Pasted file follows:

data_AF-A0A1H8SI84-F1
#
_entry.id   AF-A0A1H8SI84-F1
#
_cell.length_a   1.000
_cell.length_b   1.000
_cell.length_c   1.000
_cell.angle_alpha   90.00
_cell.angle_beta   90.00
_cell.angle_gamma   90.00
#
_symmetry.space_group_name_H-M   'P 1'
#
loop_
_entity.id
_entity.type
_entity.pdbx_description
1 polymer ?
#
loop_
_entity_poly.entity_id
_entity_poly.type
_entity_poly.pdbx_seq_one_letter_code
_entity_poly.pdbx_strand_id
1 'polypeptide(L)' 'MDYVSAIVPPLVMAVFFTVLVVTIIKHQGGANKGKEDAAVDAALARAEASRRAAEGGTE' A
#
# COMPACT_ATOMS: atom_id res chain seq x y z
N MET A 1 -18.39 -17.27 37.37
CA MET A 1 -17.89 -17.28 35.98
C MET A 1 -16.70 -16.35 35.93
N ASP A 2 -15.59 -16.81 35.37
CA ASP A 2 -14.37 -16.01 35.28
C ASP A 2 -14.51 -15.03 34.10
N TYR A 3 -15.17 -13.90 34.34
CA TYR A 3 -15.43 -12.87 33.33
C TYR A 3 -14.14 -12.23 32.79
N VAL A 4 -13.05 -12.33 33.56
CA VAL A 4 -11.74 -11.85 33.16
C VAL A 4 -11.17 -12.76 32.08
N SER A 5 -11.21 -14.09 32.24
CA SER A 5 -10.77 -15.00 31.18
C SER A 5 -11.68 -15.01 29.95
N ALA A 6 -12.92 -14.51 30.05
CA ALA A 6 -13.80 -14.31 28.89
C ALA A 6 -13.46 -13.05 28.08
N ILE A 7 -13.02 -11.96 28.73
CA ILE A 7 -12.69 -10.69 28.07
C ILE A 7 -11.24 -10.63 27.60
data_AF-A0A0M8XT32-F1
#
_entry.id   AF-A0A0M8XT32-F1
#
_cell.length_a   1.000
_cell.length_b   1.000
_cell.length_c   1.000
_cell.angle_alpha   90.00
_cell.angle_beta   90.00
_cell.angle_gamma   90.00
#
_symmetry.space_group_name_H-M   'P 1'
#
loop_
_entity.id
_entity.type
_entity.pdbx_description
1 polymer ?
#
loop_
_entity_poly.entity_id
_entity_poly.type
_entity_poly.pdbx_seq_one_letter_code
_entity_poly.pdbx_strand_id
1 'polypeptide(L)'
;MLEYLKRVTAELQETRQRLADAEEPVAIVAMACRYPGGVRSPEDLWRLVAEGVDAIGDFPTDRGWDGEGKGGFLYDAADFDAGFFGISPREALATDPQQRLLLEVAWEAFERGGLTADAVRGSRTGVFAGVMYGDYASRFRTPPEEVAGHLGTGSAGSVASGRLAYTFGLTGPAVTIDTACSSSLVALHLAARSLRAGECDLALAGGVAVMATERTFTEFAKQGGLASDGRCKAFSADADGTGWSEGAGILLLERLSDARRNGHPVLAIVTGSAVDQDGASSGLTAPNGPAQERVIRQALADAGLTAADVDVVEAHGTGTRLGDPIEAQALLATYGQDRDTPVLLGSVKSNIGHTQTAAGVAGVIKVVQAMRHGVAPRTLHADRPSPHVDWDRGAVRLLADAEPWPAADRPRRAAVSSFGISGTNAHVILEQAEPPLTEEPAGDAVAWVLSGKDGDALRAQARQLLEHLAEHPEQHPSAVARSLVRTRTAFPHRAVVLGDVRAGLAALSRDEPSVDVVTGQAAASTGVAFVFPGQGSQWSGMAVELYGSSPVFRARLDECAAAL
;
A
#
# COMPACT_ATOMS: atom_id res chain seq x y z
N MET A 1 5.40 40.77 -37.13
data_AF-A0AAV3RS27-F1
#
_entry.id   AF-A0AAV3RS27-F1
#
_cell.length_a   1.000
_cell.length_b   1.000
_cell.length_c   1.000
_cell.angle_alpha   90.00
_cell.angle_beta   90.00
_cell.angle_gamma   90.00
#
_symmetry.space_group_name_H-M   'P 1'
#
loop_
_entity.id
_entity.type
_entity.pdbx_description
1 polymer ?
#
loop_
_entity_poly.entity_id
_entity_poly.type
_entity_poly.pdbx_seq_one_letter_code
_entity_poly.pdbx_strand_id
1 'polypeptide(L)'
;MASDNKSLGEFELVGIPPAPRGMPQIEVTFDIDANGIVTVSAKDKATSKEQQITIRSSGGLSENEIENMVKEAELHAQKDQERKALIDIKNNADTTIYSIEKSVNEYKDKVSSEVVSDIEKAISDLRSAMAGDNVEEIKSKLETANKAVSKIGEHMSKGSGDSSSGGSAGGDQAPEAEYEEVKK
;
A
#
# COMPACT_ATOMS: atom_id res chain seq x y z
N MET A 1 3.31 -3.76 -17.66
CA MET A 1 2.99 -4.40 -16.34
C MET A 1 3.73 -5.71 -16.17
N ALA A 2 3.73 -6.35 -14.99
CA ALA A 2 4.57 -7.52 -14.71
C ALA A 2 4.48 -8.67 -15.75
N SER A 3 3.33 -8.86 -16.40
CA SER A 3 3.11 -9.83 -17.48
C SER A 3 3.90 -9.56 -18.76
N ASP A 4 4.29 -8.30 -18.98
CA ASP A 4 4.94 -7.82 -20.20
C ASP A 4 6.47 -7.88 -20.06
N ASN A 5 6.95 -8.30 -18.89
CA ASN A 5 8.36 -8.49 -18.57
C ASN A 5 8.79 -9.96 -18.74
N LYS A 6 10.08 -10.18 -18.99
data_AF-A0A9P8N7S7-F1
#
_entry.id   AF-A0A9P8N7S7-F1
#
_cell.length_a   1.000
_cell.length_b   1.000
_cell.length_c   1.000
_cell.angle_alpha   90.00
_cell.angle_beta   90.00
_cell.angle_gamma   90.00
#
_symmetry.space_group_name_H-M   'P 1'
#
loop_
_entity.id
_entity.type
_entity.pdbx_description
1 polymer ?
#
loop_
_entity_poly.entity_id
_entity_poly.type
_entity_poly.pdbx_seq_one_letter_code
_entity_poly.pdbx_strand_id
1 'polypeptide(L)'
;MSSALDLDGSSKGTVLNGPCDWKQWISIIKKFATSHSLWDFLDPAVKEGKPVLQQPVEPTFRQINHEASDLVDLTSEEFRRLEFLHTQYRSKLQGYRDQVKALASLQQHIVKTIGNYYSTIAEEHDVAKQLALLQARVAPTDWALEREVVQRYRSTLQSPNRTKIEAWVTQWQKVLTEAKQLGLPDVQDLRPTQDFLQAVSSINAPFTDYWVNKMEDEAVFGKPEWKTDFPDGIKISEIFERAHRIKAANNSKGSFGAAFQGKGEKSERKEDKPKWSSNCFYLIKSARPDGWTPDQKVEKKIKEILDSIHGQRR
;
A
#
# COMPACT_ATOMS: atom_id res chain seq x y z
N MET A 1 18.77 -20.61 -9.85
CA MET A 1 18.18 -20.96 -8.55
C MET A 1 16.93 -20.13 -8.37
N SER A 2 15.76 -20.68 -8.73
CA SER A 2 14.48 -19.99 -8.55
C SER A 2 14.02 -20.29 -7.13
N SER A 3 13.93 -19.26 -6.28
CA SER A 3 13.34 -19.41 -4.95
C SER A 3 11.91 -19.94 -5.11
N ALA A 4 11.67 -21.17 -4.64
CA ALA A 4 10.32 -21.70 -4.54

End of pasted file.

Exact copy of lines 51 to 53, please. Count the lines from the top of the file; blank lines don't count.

_entry.id   AF-A0A0M8XT32-F1
#
_cell.length_a   1.000